Roadmap to Reopen outlines three steps to easing public health measures, guided by the following principles:
In Ontario, a declaration of emergency made under the Emergency Management and Civil Protection Act (“EMCPA”), as well as any emergency orders adopted under the EMCPA, are periodically reviewed and renewed, as required. Recognizing that there will likely be a continued need to manage the public health risks and effects of COVID-19 well beyond the initially declared emergency, the Ontario government passed Bill 195, now known as the Reopening Ontario (A Flexible Response to COVID-19) Act, 2020.
The Reopening Ontario Act does not allow for the creation of new emergency orders under the Act. However, the continued orders may be amended by the Lieutenant Governor in Council, but only if the amendment requires persons to act in compliance with the advice, recommendations or instruction of a public health official and the amendment relates to one of the following subject matters:
The City of Hamilton Public Health Services issued a Health Promotion and Protection Act Section 22 Class Order, to break the chain of transmission within local workplaces where COVID-19 or its variants are determined to be spreading.
The Order is now in effect.
The order will require:
These measures may include the full or partial closures of workplaces. Certain workplaces may be exempt from the full closure requirement.
Businesses and workplaces that have questions regarding this announcement can email email@example.com
Face Coverings By-law (20-155), as amended;
Wearing a mask or face covering will be required in enclosed public spaces under City of Hamilton By-Law 20-155 and City of Hamilton By-law 20-202. The mask or face covering should cover your nose, mouth and chin, without gaping. Wearing a mask or face covering is an additional measure we can take to reduce the transmission of COVID-19 and keep each other safe. This means that, with some exceptions, all persons, including customers and/or visitors entering an enclosed premise are required to wear a mask or face covering while in the enclosed space.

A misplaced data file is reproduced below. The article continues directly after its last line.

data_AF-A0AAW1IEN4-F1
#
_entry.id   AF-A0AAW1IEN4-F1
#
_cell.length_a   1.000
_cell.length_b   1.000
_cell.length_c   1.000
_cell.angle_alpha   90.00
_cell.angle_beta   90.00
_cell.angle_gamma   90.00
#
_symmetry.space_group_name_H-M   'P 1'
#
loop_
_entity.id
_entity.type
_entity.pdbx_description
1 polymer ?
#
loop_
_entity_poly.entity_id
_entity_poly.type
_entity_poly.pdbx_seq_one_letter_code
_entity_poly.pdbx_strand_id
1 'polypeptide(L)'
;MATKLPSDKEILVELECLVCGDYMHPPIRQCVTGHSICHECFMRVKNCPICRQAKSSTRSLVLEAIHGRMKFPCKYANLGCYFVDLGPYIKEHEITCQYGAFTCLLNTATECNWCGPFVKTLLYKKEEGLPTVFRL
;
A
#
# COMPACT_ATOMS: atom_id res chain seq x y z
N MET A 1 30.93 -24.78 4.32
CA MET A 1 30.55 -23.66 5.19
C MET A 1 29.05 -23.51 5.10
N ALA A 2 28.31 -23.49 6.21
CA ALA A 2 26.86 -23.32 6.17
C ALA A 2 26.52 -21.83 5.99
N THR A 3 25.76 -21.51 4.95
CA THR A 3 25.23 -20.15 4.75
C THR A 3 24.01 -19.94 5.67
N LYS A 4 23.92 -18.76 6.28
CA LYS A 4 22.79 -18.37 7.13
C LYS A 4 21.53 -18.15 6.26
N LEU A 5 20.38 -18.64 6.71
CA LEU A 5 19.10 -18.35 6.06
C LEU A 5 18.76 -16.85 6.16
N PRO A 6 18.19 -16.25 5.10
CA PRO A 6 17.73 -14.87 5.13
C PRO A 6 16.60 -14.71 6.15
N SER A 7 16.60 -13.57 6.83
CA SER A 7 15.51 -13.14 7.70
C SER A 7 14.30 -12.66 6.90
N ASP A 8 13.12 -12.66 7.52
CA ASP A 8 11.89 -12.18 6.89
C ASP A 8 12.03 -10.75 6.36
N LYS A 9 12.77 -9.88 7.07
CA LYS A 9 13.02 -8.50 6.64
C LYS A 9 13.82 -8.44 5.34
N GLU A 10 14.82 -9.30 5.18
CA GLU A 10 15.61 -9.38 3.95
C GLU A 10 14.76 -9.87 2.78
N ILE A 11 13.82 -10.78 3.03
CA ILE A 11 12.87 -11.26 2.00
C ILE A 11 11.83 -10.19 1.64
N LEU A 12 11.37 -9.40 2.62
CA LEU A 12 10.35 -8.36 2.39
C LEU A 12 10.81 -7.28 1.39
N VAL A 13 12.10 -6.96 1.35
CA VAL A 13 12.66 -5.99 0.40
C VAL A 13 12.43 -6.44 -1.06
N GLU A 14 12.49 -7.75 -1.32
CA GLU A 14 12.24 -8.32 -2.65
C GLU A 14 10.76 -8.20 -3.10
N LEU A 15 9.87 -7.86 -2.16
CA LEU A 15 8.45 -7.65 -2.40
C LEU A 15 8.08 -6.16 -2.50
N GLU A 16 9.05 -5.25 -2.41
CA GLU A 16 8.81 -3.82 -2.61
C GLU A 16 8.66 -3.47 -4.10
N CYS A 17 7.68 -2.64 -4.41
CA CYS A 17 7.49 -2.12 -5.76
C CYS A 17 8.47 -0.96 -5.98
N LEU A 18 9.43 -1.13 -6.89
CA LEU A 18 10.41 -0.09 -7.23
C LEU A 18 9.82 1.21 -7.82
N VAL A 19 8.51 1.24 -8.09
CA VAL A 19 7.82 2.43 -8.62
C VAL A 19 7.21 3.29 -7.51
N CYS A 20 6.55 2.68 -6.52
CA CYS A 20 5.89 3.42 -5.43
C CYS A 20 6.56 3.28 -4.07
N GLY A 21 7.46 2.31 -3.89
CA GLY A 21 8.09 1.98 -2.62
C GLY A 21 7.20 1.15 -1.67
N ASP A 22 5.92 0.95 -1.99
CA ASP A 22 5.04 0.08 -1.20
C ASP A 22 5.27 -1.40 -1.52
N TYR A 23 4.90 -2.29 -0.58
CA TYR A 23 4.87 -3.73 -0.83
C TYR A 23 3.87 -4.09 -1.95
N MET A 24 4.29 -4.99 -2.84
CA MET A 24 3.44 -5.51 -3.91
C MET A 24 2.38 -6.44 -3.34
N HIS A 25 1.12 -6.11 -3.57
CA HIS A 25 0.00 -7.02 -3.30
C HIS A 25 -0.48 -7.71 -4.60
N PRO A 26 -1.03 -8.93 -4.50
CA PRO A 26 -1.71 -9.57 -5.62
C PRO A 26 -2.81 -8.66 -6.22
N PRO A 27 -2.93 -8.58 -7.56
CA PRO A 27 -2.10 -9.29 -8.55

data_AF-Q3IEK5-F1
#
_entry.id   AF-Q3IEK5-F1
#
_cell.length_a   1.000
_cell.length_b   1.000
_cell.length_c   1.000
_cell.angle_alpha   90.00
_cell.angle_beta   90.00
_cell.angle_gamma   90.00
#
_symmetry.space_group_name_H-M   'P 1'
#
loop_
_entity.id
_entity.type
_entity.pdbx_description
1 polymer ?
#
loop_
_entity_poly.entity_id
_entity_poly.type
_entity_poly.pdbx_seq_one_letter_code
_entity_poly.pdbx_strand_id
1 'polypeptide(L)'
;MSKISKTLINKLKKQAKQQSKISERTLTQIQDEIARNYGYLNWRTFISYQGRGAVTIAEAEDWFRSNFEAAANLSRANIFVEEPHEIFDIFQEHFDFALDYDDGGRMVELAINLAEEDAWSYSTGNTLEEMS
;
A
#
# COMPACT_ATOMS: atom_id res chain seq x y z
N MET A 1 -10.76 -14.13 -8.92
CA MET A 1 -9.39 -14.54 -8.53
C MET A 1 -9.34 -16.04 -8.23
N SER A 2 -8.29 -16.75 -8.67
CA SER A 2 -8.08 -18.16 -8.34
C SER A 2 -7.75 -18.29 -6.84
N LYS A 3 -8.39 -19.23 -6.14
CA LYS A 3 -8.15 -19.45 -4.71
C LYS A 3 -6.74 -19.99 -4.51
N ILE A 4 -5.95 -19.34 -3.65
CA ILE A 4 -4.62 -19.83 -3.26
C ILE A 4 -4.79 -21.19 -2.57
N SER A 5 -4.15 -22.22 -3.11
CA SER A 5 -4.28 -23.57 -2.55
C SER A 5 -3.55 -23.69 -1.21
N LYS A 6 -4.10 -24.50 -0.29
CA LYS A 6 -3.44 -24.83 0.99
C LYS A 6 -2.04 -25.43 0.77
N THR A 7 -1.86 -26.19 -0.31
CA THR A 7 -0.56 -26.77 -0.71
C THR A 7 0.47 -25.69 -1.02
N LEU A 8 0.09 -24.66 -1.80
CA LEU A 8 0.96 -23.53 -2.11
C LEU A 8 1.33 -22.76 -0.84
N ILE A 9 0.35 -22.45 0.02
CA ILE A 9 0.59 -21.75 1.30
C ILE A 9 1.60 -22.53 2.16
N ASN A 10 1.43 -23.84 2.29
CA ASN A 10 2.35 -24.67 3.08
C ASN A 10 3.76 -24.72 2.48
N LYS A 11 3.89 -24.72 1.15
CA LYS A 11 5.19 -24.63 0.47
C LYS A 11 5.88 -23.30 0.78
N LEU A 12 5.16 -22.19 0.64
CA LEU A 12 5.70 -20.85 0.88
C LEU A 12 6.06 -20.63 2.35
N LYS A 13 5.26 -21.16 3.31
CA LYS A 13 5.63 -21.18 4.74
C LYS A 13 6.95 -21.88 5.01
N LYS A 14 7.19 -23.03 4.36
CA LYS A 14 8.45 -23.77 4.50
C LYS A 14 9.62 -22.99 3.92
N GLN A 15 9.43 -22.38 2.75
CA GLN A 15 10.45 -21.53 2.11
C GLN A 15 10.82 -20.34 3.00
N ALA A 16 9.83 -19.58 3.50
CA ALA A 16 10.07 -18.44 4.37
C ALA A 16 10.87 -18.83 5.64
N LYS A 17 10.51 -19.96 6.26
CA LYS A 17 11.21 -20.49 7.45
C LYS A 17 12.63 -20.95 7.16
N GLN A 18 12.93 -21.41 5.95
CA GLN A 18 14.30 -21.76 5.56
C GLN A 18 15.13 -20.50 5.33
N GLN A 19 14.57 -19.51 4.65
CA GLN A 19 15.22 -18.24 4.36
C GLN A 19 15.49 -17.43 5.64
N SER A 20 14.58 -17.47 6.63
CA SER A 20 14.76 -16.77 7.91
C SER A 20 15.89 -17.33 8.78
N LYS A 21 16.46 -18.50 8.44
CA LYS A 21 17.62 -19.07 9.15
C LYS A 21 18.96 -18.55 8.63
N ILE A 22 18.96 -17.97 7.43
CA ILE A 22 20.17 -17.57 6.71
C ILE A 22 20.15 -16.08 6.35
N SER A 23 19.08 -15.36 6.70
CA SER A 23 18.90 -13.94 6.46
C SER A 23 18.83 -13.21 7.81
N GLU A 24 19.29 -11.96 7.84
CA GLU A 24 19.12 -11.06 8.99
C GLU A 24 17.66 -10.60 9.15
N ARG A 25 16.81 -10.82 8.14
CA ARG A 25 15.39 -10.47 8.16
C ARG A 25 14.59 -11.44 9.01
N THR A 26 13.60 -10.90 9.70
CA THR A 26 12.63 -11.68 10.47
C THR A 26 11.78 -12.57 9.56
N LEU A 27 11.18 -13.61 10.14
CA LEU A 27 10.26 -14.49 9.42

Physical Distancing By-law (20-164), as amended;
Every person shall maintain a distance of at least two (2) metres from every other person who is not a member of the same household when in a Public Space under the City of Hamilton By-law 20-164.
Hamilton’s Medical Officer of Health has recommended physical distancing measures to prevent the spread of COVID-19, including maintaining a distance of at least two (2) metres from other individuals who are not members of the same household or who are not members of the same social circle.
Ontario is now in Step Three of the Roadmap to Reopen. For sector-specific information, visit the City of Hamilton’s COVID restrictions page or the Government of Ontario’s sector-specific guidelines.
Learn more about local COVID-19 restrictions and general regulations at hamilton.ca/publicplaces.